Top 10 Fawlty Towers Moments

Script written by Max Lett. Get ready for a stay in the Fawlty Towers hotel, where the staff is courteous but the manager is someone to steer clear of! Welcome to WatchMojo.com, and today we’re counting down our picks for the top 10 “Fawlty Towers” moments. Special thanks to our users Emily Carlstrom and Ids Hofman for submitting the idea on our Suggest Page at WatchMojo.comsuggest
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Script written by Max Lett.

Get ready for a stay in the Fawlty Towers hotel, where the staff is courteous but the manager is someone to steer clear of! Welcome to WatchMojo.com, and today we’re counting down our picks for the top 10 “Fawlty Towers” moments.

#10: The English Lord
“A Touch of Class” (1975)

When a Lord comes to visit his hotel, Basil Fawlty does all he can to make his stay perfect, including ignoring the other guests. One such patron waits the entire episode for a drink that hilariously never comes – right up until the bitter end! Of course, the real comedy here is Basil’s attempt to endear himself to the Lord, and he falls hard when he discovers Melbury was a con artist all along!

#9: The Hidden Door
“The Builders” (1975)

Manuel is left to oversee a group of builders when Mr. and Mrs. Fawlty leave on holiday. Being the bumbling non-speaking English sidekick character, Manuel is rarely in charge as he mostly serves as a foil for Basil’s abuse. This time, however, he’s attempting to communicate with the builders while taking calls from guests, both of which are hampered by his failure to master the English language. Ultimately, Basil returns to find that the renovations have been cocked up, naturally!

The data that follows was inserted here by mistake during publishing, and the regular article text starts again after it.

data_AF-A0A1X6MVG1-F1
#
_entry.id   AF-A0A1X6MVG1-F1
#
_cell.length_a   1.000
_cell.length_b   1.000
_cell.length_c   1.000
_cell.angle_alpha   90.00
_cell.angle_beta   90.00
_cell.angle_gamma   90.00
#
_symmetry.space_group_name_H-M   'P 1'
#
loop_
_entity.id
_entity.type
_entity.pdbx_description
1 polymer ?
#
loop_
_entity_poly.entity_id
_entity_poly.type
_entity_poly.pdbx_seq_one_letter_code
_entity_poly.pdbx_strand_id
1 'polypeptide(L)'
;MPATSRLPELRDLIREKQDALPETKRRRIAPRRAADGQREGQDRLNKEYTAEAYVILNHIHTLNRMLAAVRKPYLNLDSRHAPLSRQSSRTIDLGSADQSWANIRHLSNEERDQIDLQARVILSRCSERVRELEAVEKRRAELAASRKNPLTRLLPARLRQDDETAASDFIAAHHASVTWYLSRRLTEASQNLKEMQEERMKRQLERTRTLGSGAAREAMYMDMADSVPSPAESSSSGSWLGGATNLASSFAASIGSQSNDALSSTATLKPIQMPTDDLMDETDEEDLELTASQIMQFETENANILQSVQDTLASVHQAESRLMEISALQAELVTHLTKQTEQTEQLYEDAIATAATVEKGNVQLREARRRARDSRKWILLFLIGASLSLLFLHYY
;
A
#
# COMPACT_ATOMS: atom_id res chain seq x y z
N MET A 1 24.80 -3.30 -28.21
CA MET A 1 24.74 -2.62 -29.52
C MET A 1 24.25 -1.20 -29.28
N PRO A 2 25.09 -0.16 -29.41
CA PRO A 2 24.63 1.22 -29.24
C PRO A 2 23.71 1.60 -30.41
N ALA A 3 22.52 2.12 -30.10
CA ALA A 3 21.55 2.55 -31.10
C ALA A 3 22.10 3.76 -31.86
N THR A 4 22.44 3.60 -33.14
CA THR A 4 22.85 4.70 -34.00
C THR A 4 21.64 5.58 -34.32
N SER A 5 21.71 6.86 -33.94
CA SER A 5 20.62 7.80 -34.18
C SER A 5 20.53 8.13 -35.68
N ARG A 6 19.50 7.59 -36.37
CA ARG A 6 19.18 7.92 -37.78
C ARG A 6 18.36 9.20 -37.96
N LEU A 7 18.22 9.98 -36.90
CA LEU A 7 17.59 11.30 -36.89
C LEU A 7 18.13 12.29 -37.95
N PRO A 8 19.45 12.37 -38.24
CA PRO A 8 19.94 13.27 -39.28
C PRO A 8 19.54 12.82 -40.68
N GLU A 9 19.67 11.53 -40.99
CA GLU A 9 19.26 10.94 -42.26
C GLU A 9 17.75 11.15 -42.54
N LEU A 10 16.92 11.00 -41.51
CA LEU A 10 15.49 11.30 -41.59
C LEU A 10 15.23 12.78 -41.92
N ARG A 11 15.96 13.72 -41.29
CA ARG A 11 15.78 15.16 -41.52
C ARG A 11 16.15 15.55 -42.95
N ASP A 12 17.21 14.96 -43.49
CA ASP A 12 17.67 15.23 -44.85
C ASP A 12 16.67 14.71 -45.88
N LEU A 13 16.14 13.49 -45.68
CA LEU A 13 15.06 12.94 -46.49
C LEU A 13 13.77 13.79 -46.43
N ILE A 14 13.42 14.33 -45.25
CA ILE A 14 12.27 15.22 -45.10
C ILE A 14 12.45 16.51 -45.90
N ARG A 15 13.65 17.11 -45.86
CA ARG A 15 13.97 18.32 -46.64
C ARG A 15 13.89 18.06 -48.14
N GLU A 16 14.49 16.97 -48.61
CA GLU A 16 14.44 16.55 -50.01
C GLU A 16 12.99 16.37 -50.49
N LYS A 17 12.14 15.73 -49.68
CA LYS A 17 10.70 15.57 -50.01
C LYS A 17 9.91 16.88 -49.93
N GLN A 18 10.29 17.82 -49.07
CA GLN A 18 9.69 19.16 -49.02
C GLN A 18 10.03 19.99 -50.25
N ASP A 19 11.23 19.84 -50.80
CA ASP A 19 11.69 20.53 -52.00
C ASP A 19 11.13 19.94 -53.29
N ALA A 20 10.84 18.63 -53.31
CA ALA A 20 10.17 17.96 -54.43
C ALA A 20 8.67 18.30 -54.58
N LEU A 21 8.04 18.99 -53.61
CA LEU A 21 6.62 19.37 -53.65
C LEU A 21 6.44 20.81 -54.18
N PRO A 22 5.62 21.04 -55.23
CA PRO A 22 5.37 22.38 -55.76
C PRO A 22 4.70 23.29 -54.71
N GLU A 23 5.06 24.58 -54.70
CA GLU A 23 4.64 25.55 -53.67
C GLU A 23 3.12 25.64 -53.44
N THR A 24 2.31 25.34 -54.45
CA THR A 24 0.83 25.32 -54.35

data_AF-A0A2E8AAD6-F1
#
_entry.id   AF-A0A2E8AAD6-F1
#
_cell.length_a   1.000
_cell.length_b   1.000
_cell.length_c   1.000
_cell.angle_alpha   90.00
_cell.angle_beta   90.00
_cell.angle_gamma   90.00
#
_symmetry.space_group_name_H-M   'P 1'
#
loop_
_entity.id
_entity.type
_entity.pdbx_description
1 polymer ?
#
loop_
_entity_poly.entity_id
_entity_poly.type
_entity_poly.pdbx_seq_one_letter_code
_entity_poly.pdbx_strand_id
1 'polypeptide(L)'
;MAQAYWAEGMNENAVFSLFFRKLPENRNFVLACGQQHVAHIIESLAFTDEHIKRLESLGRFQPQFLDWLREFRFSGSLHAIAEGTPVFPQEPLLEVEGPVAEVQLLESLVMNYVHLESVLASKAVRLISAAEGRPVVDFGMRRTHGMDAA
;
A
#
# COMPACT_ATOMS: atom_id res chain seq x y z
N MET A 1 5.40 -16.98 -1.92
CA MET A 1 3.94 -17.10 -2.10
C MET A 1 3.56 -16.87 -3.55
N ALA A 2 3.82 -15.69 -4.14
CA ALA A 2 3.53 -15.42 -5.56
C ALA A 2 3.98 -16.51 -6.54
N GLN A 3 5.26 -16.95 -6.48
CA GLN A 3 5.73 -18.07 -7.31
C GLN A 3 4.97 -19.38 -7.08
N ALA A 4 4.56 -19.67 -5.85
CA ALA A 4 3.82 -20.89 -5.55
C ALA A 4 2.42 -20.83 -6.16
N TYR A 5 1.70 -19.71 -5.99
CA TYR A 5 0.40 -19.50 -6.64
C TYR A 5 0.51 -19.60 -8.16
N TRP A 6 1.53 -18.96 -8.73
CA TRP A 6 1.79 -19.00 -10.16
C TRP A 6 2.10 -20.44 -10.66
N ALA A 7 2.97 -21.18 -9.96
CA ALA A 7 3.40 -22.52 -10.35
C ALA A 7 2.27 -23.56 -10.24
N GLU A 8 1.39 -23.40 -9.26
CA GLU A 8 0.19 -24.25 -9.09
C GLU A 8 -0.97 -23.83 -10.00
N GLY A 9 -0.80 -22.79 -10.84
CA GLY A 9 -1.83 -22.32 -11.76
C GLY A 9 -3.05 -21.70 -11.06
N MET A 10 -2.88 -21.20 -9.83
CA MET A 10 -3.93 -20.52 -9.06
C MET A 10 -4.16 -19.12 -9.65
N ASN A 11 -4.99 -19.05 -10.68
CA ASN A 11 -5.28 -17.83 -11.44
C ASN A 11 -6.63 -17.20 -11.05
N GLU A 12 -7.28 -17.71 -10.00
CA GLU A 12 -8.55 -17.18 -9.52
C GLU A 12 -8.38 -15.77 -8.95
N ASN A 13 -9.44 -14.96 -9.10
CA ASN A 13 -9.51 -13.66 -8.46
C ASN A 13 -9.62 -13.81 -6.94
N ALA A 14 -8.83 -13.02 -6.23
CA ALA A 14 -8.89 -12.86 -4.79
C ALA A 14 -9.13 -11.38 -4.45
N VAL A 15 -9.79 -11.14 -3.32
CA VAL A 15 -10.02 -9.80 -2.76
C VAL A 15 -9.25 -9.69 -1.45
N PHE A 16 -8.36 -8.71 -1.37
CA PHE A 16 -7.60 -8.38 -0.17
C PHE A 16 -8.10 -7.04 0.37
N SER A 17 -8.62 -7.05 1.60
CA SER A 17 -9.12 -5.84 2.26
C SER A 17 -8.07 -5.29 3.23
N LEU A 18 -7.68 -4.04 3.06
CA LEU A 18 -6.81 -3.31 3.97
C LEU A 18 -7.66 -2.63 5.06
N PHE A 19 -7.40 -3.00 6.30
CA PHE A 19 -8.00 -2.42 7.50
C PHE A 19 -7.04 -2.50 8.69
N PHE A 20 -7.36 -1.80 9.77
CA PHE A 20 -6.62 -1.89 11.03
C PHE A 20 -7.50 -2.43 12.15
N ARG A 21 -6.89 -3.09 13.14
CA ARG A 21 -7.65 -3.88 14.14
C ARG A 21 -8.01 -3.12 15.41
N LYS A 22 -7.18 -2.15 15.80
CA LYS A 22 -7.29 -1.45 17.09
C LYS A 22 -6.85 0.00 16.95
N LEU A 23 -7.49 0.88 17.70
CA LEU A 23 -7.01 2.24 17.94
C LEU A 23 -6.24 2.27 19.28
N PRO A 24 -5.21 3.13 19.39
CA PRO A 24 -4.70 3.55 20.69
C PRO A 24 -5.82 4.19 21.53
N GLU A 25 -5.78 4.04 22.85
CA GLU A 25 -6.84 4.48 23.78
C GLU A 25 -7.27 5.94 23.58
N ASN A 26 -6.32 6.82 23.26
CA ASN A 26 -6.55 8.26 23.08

#8: The Health Inspection
“Basil the Rat” (1979)

In the final episode of the series, the future of the dysfunctional and sub-par Fawlty Towers is threatened by a health inspection. In attempt to make the place spotless, Basil forces Manuel to get rid of his pet rat, but it ends up scurrying about the hotel instead. In hot pursuit of the vermin, Basil ruffles under a guest’s table and through her purse, which puts him into conflict with a furious husband. It’s impossible not to laugh while watching the tall and imposing John Cleese trying to sneak around to save his own tail!

#7: The Lie
“The Anniversary” (1979)

Basil has a bad track record for remembering anniversaries, so in the past Sybil has had to remind him quite *ahem* forcefully. But this year, the grumpy hotel manager has something planned; however he lets his wife stew in the certainty that he has once again forgotten. Things of course backfire and she runs off right before the party guests arrive to help them celebrate. Instead of fessing up, Mr. Fawlty concocts some fiction about her being terribly sick – and as per usual that quickly gets out of hand.

#6: Basil Feels Exposed
“The Psychiatrist” (1979)

A hotel owner that is a little too pre-occupied with the business of his patrons, Basil becomes obsessed with proving that an unmarried man has snuck a woman into his room. In true Fawlty Towers tradition, this leads Basil to nothing but trouble: he uses a ladder to spy from the second story, only to accidentally catch a glimpse of a different couple, which is quite the surprise for our favorite hotelier. This situation isn’t just awkward, it also causes his wife to think he’s a pervert – with a little help from Manuel’s less-than-perfect English, of course!